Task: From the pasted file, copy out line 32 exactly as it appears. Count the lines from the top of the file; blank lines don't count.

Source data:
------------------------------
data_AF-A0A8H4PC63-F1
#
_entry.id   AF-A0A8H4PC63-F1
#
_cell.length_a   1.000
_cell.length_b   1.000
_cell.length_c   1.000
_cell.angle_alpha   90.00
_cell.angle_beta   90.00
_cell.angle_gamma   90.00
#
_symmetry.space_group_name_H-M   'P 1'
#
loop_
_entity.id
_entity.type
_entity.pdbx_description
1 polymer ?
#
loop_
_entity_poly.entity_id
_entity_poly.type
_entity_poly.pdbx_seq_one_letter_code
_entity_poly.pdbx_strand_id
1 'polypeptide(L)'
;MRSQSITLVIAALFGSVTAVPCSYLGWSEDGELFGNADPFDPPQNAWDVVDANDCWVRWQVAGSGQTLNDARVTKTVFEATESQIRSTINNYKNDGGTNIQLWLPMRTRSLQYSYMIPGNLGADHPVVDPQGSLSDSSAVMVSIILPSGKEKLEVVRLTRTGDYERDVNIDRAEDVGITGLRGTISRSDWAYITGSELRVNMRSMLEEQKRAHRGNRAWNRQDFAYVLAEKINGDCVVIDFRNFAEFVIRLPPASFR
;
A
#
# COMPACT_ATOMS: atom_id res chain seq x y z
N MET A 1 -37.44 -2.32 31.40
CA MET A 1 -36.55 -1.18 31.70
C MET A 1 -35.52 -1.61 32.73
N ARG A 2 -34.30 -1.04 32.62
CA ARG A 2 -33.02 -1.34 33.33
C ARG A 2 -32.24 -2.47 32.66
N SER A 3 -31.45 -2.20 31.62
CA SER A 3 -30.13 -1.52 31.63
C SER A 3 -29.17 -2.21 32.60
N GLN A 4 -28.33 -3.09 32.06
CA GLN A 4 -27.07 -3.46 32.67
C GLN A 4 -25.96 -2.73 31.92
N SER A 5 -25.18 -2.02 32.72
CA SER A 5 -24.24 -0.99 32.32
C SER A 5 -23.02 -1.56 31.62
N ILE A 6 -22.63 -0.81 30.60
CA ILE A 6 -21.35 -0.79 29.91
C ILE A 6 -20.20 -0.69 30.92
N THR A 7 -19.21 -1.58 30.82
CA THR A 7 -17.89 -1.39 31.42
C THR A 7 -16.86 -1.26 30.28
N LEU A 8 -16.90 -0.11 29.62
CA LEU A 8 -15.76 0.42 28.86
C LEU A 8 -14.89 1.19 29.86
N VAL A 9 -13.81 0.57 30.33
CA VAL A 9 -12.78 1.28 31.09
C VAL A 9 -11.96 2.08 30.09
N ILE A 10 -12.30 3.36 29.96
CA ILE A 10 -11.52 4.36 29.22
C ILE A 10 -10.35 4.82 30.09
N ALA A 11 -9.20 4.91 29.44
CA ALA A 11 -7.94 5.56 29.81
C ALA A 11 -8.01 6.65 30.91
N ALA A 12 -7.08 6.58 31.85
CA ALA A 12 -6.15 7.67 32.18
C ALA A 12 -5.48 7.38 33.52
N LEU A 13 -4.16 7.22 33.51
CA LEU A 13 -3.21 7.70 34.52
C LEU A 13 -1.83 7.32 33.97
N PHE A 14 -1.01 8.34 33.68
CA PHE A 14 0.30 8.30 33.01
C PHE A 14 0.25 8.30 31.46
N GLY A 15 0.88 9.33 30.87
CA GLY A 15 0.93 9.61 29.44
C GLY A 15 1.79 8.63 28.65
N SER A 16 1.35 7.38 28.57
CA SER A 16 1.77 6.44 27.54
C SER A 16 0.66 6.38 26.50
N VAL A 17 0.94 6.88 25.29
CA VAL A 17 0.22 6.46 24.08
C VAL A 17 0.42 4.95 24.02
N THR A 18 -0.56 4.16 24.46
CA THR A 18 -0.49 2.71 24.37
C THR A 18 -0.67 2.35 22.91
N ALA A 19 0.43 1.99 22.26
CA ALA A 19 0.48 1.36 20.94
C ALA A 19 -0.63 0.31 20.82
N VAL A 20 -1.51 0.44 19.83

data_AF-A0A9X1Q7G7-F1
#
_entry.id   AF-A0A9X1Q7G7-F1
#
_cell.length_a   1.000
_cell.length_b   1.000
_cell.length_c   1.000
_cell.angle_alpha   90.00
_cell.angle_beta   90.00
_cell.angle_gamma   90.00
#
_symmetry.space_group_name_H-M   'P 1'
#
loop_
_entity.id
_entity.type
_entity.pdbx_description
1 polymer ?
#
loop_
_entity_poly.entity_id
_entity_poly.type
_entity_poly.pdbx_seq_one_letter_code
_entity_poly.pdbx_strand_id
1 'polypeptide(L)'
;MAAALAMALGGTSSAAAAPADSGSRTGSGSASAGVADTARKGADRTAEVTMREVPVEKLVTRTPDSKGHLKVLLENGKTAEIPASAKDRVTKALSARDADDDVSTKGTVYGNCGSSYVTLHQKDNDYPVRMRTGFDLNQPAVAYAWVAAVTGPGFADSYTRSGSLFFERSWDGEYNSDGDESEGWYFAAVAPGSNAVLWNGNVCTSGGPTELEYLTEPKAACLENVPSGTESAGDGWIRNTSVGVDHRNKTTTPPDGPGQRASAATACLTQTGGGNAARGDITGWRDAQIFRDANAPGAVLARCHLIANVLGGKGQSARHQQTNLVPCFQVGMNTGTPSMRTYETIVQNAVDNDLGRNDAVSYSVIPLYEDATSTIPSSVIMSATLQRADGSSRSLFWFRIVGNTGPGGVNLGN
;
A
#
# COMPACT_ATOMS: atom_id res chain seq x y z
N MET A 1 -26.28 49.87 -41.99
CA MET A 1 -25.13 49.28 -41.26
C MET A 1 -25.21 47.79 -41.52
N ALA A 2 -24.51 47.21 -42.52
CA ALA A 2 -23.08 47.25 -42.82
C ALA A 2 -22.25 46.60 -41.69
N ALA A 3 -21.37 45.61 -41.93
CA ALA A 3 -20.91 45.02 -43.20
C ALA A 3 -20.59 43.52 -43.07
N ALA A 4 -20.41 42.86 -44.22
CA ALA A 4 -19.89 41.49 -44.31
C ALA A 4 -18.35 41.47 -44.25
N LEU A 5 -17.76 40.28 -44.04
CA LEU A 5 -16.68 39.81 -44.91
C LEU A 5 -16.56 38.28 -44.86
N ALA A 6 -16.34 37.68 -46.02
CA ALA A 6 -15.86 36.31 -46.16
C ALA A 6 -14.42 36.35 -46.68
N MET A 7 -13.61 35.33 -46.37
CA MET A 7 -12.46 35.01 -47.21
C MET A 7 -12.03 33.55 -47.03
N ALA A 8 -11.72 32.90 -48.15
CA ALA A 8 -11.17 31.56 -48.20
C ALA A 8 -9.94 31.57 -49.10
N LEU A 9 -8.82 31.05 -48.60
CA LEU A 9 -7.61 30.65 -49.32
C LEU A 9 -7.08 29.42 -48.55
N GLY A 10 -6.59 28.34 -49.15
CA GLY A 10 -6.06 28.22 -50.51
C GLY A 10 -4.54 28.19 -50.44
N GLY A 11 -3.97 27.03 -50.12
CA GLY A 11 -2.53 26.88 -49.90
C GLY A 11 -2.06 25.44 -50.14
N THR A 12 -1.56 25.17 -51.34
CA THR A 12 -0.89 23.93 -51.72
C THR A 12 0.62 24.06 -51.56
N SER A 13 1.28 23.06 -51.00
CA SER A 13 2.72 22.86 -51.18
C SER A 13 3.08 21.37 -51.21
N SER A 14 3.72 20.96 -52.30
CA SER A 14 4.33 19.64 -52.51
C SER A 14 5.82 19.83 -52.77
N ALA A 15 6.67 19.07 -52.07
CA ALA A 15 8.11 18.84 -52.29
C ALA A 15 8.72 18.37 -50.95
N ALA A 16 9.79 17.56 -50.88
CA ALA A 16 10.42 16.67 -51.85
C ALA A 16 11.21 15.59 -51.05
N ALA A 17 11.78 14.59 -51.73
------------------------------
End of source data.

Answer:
CA MET A 1 -36.55 -1.18 31.70